President Barack Obama on Tuesday
unveiled his plans for immigration reform. And unlike a Senate
framework released Monday, Obama's plan includes gay and lesbian
Under the current law, a gay or lesbian
American citizen cannot sponsor an immigrant spouse for citizenship
due to the Defense of Marriage Act (DOMA) which prevents the federal
government from recognizing their marriage.
Speaking Tuesday on CBS This
Morning, Arizona Senator John McCain confirmed that the Senate's
plan does not address the inequity.
McCain: Gay couples “not of paramount importance” to immigration
The president laid out his objectives
during a speech delivered in Las Vegas. Key principles include
strengthening border security, cracking down on employers hiring
undocumented workers, allowing undocumented immigrants to earn their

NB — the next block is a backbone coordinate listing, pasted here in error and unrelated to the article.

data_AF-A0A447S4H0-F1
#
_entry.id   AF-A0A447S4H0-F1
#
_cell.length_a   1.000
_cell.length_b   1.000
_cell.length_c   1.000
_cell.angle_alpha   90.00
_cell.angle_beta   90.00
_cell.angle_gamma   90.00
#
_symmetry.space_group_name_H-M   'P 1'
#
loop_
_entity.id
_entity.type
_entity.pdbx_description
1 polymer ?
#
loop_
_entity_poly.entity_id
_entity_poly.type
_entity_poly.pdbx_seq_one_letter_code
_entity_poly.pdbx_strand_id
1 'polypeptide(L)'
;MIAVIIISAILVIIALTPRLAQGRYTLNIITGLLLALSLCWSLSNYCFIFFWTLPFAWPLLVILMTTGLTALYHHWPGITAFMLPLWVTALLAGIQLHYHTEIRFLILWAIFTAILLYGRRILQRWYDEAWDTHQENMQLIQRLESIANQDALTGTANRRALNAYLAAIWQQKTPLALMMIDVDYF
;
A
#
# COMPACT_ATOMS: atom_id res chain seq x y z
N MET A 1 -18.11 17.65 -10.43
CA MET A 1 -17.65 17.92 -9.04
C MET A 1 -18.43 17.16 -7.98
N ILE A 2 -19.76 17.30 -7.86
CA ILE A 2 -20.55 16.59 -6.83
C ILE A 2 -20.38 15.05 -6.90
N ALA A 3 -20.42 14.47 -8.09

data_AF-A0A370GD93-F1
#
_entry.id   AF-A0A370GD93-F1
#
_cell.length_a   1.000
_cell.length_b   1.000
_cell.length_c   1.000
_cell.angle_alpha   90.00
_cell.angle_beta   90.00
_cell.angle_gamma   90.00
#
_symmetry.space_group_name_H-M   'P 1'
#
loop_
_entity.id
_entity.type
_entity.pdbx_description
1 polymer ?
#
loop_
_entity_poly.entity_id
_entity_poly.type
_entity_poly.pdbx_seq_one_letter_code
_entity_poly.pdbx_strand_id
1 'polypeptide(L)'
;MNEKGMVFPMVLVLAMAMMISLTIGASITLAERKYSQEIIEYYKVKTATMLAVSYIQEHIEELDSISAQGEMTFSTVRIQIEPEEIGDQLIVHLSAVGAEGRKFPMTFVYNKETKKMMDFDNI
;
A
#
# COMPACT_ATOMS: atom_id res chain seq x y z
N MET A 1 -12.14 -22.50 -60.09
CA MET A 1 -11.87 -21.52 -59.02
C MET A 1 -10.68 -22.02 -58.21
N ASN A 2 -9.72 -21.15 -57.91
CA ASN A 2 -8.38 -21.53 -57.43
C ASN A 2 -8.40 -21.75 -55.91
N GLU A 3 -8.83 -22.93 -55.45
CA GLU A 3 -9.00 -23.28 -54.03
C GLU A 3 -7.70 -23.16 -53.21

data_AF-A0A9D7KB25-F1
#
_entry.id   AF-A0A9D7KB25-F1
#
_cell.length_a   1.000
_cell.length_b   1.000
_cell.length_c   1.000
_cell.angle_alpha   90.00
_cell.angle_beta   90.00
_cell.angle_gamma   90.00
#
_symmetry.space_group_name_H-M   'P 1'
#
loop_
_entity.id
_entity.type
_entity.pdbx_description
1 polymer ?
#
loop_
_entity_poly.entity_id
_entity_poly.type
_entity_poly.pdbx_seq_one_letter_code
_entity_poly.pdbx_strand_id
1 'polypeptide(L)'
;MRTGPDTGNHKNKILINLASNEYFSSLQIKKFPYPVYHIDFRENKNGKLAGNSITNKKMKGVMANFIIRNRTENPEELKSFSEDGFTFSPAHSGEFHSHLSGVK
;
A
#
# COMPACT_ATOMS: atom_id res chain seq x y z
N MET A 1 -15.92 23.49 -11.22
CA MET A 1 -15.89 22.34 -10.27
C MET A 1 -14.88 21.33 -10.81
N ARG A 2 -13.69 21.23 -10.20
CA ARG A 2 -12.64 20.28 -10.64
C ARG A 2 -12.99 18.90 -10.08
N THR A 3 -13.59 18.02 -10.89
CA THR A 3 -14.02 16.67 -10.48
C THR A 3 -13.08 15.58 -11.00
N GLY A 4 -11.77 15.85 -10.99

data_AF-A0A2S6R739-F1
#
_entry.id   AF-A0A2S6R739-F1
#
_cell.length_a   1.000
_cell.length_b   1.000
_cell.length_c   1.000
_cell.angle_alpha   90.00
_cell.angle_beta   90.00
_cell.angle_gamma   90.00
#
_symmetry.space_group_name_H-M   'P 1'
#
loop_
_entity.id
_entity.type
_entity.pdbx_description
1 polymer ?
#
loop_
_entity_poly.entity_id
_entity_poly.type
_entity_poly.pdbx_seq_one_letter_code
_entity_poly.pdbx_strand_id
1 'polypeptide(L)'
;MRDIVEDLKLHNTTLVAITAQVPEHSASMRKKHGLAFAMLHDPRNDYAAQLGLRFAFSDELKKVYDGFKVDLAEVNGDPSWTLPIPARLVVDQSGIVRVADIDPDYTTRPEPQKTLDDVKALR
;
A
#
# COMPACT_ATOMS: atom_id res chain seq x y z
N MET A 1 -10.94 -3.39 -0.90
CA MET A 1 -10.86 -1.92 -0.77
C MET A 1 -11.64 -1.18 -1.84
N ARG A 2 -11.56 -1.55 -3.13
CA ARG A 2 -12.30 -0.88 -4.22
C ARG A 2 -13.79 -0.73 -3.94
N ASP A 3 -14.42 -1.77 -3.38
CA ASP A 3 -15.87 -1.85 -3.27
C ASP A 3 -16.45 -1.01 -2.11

citizenship and streamlining legal immigration.
Under that last principle, Obama
included a “keep families together” proposal, which aims to
eliminate backlogs in the family-sponsored immigration system. One
proposal is to allow gay and lesbian U.S. citizens the ability to
seek a visa for a spouse “on the basis of a permanent relationship
with a same-sex partner.”
It was not immediately clear what unions
would qualify as a “permanent relationship” since only 9 states
and the District of Columbia allow gay couples to marry.